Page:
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Understanding Tagged Template Literals

marlonry profile image marlonry ・3 min read

With the introduction of Template Literals or Template Strings, string manipulations have been made easier with features such as embedded expressions, multi-line strings as well as raw strings. See some examples below.

const str = `I am a multi-line
String`;
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const expression = "expression";
const str = `I am a string with a ${expression}`;
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console.log(`Normal String \nNext String`);
/* output: 
Normal String 
Next String 
*/

console.log(String.raw`Normal String \nNext String`); 
// output: Normal String \nNext String 
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Another interesting feature that template literals offer, is the ability to tag strings with a function and be able to manipulate the string contents in whichever way you want. Check the example below to see the syntax for a tagged template string.

function tag() {
  return "Hello";
}

const name = "Daito";
const country = "Japan";
const description = tag`My friend ${name} is from ${country}.`;

console.log(description); // Hello;
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As seen in the example above, the variable "description" has the name of the function right before the string (it's been tagged). Once it has been put in place, the function gets access to an array of strings and each of the expressions that are present, Although, with the help of the ES6 spread operator, we can pass all the expressions at once which will create an array. In the example above we will get access to the following:

An array of strings:

  1. "My friend "
  2. " is from "
  3. "."

An array of expressions:

  1. "Daito"
  2. "Japan"

Now we can use these strings and expressions as we please. In the following example, the function has 2 parameters (strings and expressions) and then displays the results to the console.

function tag(strings, ...expressions) {
  console.log(strings, expressions);
}

const name = "Daito";
const country = "Japan";
const description = tag`My friend ${name} is from ${country}.`;

// Output: ↓ 
// ["My friend ", " is from ", "."] ["Daito", "Japan"];
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In case that we didn't have any starting and ending values in the description string, it will be automatically filled with an empty string at the beginning and end, which would look something like this.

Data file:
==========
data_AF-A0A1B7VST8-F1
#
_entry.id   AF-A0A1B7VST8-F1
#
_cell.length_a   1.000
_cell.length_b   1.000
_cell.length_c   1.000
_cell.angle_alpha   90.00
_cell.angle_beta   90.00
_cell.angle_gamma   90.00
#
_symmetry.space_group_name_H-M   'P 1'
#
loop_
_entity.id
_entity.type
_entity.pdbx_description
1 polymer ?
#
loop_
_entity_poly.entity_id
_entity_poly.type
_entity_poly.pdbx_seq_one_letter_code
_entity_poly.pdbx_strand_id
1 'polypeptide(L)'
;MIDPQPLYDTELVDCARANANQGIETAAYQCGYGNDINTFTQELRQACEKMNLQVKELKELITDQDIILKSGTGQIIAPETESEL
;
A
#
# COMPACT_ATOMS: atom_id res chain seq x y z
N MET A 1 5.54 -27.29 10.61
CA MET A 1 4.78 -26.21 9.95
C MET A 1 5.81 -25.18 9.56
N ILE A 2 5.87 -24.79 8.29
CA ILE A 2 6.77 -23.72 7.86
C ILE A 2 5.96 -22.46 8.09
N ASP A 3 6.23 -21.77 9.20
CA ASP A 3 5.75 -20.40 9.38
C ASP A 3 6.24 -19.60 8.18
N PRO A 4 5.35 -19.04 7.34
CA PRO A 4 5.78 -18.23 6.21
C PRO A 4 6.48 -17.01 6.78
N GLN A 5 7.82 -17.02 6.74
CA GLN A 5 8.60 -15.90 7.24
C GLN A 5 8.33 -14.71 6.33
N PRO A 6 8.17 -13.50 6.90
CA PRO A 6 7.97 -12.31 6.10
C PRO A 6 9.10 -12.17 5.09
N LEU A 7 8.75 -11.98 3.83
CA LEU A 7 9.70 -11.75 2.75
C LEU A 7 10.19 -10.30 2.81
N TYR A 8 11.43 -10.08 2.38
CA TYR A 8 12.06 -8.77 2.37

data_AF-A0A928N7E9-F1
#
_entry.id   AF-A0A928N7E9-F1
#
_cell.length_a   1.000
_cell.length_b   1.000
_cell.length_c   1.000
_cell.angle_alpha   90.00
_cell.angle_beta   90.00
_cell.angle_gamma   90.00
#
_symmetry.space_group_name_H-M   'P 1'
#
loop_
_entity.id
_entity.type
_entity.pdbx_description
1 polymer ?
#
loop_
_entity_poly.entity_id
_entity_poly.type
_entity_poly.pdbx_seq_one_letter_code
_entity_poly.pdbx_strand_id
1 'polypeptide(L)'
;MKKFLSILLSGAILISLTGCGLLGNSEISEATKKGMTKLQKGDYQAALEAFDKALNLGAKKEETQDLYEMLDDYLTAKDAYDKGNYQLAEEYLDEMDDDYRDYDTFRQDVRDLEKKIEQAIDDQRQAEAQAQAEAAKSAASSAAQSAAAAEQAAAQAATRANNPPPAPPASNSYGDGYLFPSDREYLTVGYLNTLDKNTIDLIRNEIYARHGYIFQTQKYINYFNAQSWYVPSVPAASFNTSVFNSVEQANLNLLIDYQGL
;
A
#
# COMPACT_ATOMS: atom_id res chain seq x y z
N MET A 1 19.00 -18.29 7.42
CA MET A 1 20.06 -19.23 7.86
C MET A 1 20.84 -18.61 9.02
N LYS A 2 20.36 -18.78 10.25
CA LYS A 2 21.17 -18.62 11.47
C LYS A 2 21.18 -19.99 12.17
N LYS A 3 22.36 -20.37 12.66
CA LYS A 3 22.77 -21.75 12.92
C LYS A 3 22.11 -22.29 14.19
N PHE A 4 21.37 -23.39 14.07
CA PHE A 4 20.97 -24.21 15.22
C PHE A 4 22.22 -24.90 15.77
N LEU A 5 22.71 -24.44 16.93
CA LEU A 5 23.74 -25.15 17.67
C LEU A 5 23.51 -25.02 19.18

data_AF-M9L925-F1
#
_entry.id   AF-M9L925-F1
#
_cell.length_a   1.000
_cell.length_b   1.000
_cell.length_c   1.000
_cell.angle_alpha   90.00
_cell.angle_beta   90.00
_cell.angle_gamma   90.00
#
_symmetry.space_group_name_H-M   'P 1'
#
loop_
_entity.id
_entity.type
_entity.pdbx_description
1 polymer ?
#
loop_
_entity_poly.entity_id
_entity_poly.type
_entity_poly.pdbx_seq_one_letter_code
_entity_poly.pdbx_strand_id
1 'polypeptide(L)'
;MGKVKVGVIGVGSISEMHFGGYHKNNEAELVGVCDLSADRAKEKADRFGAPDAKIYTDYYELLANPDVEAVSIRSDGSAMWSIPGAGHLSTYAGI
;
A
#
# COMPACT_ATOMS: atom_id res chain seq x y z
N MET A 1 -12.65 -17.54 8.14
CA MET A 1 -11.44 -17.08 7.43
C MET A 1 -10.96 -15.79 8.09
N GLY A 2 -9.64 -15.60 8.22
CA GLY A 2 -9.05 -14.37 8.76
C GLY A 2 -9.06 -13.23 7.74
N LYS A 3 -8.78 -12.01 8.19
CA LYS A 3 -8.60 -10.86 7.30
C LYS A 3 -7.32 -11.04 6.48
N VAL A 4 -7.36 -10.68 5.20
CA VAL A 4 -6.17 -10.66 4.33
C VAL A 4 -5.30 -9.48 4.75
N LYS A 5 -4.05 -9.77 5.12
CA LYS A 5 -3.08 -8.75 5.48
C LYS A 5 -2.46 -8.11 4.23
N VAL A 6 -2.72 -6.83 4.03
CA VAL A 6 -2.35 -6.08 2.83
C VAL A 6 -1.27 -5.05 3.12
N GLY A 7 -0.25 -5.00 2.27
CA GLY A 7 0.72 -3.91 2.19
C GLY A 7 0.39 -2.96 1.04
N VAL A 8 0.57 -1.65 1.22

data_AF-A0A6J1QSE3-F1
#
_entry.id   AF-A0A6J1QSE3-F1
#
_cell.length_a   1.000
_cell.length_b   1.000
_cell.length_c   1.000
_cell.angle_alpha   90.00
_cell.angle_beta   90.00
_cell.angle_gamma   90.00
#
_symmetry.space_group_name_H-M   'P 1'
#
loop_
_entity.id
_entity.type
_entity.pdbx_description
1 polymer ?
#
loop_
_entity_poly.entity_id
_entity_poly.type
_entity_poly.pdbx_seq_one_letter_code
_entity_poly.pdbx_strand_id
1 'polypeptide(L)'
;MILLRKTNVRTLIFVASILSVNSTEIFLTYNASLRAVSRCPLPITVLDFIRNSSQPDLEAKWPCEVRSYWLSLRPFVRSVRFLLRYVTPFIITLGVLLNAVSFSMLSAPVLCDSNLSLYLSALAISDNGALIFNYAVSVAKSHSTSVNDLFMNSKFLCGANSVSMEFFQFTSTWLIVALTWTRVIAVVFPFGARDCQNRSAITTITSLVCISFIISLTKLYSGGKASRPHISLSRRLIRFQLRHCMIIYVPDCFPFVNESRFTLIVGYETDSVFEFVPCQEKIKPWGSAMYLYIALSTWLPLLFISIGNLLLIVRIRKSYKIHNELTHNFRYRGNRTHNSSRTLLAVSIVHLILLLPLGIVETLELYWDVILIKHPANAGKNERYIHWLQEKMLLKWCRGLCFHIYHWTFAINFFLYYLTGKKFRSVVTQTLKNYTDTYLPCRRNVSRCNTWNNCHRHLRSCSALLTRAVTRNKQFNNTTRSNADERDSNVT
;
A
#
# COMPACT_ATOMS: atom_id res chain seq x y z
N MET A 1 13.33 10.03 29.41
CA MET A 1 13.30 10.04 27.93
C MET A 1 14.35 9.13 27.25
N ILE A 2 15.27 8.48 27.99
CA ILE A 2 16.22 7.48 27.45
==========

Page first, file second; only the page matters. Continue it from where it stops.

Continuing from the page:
const description = tag`${name} is from ${country}`;
// Output: ↓ 
// ["", " is from ", ""] ["Daito", "Japan"];
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Now that we have this, the possibilities are endless since everything is running through a function, we can manipulate our strings the way we want.

function tag(strings, ...expressions) {
  let str = ``;

  for (const [i, expression] of expressions.entries()) {
    str += `${strings[i]}${expression.toUpperCase()}`;
  }

  str += strings[strings.length - 1];

  return str;
}

const name = "Daito";
const country = "Japan";
const age = "24";
const description = tag`My friend ${name} is from ${country} and he is ${age} years old.`;

console.log(description); // Output: ↓ 
// My friend DAITO is from JAPAN and he is 24 years old. 
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or with a reducer function: (see example below)

function tag(strings, ...expressions) {
  const str = expressions.reduce((acu, currentValue, i) => {
    return `${acu}${currentValue.toUpperCase()}${strings[i + 1]}`;
  }, strings[0]);

  return str;
}

const name = "Daito";
const country = "Japan";
const age = "24";
const description = tag`My friend ${name} is from ${country} and he is ${age} years old.`;

console.log(description); // Output: ↓ 
// My friend DAITO is from JAPAN and he is 24 years old.
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As always there are more interesting things that you can do with tagged template literals rather than just changing some of the text to uppercase. I hope this gives you a good start. Thank you for reading my post and see you in the next one. 😊

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